Up against a looming implementation deadline, Caltrans and the asphalt pavement industry are stepping up efforts to hammer out an agreement over a "Superpave" specification that will replace the current asphalt specifications that rely on outdated testing procedures.
In 2011 Caltrans announced that it was going to adopt the Superpave mix design method effective July 1, 2014. The current "Hveem" mix design method was originally developed in the 1930s by Francis Hveem, an engineer with the California Department of Public Works, Division of Highways, as Caltrans was known at the time. The new "Superpave" name is derived from "SUPerior PERforming asphalt PAVEments," and was a state highway agency initiative of the 1990s. California and Nevada are the only states that have not fully implemented Superpave.
Superpave is a performance-based suite of test procedures for materials selection and design of asphalt mixes. The highly focused, product-oriented research program was funded by the states through the American Association of State Highway & Transportation Officials (AASHTO) and administered by the Strategic Highway Research Program (SHRP). It is a comprehensive method of designing asphalt mixes tailored to specific and unique performance requirements governed by climate and traffic. One aspect of Superpave, the performance-grade (PG) system of classifying binders, has already been implemented in California.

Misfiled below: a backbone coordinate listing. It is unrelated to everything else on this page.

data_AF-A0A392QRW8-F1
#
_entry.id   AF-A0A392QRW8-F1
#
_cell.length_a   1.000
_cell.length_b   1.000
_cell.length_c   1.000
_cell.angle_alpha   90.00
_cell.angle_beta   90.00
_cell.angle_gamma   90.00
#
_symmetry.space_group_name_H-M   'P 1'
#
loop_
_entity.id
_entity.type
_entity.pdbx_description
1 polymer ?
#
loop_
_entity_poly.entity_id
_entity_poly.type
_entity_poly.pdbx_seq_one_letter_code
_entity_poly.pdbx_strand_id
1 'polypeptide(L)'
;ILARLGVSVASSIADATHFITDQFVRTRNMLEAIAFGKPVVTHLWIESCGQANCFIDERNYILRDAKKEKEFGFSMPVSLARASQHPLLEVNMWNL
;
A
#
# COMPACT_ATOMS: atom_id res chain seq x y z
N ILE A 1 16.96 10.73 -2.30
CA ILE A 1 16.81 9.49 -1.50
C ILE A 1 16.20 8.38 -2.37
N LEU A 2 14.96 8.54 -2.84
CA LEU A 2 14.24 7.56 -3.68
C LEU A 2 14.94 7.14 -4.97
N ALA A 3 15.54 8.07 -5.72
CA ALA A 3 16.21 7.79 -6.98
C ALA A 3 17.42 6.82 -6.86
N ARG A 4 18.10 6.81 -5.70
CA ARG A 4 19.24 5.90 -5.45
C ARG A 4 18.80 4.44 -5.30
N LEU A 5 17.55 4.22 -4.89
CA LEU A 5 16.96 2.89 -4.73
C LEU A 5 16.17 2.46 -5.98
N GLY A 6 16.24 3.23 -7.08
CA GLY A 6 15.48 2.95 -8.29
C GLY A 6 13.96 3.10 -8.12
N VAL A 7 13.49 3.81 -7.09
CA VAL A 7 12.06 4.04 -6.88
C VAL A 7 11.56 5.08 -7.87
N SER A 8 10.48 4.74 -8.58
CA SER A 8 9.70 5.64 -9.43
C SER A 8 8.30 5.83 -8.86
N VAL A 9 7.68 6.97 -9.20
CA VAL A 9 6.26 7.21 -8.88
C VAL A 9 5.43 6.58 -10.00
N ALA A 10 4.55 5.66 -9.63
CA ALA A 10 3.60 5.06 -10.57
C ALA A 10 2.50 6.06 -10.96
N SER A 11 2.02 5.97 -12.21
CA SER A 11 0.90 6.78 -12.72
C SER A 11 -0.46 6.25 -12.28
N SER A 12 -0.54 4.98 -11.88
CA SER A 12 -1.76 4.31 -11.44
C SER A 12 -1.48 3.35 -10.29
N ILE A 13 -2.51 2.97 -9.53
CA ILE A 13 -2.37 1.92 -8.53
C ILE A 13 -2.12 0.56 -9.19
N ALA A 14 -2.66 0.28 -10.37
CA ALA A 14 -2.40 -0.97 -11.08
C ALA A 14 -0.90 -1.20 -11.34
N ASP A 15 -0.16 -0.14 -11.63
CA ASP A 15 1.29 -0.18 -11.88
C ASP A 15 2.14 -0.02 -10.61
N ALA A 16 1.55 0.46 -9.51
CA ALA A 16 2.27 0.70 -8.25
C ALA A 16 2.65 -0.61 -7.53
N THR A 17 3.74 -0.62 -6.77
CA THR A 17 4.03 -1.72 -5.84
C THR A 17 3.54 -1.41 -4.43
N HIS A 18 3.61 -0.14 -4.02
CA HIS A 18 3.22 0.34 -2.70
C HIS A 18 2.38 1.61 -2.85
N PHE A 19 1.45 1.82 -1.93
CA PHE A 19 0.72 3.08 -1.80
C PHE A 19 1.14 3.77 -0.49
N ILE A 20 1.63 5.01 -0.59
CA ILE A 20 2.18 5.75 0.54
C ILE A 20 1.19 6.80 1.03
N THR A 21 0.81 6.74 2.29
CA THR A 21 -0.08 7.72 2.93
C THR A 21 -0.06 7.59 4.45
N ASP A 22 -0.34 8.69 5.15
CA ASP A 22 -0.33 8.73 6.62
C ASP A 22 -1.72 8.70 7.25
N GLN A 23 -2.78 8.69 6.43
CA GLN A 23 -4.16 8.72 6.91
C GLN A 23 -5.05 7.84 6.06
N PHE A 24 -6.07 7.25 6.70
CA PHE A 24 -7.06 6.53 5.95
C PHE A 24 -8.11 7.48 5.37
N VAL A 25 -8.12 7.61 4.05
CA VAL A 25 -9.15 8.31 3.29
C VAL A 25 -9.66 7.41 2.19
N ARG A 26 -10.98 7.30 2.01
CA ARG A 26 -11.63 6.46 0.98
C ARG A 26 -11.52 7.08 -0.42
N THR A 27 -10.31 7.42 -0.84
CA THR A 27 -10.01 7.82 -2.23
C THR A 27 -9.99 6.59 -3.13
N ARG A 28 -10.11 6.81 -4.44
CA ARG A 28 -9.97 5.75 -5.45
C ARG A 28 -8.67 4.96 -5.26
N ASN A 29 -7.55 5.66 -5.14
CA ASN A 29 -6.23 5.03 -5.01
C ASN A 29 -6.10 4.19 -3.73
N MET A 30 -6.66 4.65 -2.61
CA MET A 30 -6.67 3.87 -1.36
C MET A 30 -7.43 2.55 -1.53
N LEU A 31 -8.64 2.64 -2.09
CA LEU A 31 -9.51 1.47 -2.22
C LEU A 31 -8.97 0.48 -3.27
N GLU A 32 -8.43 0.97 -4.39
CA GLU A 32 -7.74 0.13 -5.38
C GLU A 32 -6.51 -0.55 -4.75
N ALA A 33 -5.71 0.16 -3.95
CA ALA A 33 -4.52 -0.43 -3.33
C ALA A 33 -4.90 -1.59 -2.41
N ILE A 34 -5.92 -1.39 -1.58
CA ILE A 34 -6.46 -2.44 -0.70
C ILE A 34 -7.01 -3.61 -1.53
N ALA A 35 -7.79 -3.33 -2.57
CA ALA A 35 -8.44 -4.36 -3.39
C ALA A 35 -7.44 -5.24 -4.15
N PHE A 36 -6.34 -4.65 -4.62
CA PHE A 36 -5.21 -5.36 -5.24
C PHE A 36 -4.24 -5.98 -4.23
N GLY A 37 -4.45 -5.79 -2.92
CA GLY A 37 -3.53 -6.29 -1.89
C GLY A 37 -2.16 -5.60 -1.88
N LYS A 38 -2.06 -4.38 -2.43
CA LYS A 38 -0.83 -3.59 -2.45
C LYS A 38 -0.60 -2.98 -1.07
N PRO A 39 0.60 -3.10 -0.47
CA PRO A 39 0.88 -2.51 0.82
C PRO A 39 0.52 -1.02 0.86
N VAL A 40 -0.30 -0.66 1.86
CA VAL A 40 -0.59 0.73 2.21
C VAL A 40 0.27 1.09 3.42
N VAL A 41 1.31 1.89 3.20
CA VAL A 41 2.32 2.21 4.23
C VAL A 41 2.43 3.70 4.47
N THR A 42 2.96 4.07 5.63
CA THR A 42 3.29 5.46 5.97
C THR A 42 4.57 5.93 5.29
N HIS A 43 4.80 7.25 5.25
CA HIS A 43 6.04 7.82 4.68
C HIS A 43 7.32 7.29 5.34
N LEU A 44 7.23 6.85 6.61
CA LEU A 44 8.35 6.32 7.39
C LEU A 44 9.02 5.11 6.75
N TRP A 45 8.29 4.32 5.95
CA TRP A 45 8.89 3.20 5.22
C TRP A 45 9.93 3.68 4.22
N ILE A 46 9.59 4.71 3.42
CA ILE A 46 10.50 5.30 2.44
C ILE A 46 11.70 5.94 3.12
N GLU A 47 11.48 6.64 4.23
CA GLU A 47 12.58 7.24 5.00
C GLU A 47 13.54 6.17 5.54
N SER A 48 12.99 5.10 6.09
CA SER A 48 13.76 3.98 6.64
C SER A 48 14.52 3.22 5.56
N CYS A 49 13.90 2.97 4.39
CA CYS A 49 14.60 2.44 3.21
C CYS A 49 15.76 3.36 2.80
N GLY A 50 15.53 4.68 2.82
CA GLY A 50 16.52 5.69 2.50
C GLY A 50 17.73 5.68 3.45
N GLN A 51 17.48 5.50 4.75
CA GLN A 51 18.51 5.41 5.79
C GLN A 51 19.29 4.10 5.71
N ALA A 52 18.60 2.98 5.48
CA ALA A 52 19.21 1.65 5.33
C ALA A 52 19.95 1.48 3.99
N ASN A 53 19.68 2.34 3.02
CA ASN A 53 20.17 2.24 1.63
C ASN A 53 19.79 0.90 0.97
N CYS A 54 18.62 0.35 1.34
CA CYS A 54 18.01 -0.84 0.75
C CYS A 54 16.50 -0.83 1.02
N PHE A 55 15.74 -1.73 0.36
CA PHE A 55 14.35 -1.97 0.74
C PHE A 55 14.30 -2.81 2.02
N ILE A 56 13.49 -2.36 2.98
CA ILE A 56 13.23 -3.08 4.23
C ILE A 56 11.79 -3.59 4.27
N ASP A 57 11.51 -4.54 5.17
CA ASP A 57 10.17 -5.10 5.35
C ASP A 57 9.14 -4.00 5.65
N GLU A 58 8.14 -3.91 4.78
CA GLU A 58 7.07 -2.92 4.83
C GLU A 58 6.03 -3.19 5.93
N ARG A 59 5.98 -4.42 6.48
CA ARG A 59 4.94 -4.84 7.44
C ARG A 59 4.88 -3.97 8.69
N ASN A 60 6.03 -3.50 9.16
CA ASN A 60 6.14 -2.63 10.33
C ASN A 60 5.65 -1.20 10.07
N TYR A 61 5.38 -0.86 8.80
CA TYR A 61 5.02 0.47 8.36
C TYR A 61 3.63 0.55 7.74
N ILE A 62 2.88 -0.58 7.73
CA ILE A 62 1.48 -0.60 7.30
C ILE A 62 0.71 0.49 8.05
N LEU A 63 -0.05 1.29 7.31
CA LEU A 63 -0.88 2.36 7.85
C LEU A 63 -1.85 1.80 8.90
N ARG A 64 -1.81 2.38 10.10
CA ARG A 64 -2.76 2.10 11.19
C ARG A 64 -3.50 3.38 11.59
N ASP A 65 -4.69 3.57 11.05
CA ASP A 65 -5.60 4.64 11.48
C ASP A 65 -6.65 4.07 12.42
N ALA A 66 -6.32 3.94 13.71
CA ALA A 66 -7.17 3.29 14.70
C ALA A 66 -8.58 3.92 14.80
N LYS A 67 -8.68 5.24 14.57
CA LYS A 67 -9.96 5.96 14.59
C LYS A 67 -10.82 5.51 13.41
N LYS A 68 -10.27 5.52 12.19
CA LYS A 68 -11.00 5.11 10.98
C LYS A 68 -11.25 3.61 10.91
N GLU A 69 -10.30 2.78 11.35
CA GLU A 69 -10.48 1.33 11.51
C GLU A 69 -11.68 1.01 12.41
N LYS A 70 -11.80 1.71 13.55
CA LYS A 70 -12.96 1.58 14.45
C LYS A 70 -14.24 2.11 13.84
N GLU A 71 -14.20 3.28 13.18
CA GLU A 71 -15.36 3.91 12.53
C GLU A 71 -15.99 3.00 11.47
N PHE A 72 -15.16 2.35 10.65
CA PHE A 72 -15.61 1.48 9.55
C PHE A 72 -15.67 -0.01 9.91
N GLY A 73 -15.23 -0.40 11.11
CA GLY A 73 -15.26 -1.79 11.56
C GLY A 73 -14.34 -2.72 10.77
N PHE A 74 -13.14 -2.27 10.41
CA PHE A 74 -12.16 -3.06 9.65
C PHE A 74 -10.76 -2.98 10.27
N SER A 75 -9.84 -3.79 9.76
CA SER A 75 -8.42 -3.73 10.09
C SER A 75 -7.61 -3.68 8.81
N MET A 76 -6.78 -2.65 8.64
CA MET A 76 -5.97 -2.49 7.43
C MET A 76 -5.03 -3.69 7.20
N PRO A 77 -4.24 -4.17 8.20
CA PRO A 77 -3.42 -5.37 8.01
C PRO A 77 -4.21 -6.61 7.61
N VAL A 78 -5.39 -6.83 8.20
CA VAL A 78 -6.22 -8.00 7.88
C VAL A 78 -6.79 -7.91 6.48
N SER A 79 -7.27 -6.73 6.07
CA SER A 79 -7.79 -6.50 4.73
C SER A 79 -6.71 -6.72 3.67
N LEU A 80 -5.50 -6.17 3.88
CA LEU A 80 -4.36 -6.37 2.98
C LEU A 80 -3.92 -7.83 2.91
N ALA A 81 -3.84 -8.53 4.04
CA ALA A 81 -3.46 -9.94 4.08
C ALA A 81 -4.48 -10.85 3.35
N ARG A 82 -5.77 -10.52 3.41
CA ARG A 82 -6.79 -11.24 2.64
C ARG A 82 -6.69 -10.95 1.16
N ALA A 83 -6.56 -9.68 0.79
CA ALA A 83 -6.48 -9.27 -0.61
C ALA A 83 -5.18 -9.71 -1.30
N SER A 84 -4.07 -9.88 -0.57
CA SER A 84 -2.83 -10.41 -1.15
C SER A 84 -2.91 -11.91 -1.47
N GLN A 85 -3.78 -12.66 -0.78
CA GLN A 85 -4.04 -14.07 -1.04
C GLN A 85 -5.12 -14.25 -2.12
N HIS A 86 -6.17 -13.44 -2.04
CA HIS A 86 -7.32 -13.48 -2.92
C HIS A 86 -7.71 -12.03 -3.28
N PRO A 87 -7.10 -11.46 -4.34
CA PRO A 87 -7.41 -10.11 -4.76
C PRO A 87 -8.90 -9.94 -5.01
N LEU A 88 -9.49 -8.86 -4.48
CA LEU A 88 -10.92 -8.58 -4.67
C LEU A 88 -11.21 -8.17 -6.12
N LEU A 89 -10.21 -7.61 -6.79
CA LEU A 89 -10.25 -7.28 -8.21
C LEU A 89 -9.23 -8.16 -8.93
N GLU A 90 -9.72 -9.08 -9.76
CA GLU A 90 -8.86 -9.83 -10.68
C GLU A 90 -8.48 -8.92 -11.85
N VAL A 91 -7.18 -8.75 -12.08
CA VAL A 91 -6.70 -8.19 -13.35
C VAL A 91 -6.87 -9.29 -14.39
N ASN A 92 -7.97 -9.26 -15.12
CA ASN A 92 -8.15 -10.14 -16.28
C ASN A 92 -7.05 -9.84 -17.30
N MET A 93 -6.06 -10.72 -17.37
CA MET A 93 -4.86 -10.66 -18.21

Caltrans has said its goal in transitioning to Superpave is to help the state adapt to changing environmental conditions, new binder grading systems and changes in traffic patterns. In moving to Superpave, California will also capitalize on the many national research efforts undertaken in support of the Superpave mix design methodology.
To begin the Superpave implementation process Caltrans held several meetings with its Industry counterparts to discuss the implementation plan. In early 2012 Caltrans formed a Superpave Subtask Group (STG) under the auspices of the Caltrans-Industry Rock Products Committee. Initial Superpave implementation activities began with a draft specification to be administered on "pilot projects." Following a short review period, the STG identified 105 areas of concern. After further review and discussion, the initial list of concerns was condensed to 85. The first working Superpave STG meeting was held Feb. 12 in Sacramento with subsequent monthly meetings alternating between Northern and Southern California.
Because a number of the Superpave provisions are untested, industry stakeholders have continually expressed a high level of concern regarding the risk to bidders and holders of contracts, industry has expressed concern about the risks in bidding and building these projects. Conceptually, contractors can "try out" the new specifications prior to bid. However, in reality some of the Superpave provisions impart more stringent material requirements that may necessitate significant changes to the material processing and plant production.
Those challenges notwithstanding, collaboration between Caltrans and Industry has been good resulting in considerable progress since the initial STG meeting, says Tony Limas of Granite Construction, committee co-chairman. As of August the current list of concerns has been reduced to 14 issues. The department has pledged that final disposition of the remaining issues will be revisited pending data collected from the pilot projects. It is anticipated that regular Superpave projects will be out to bid in January to meet the July 1, 2014 implementation date. With only limited data from pilot projects received so far, Caltrans and Industry are working feverishly to gather and analyze the data as quickly as possible to put the finishing touches on a Superpave specification by the end of the year.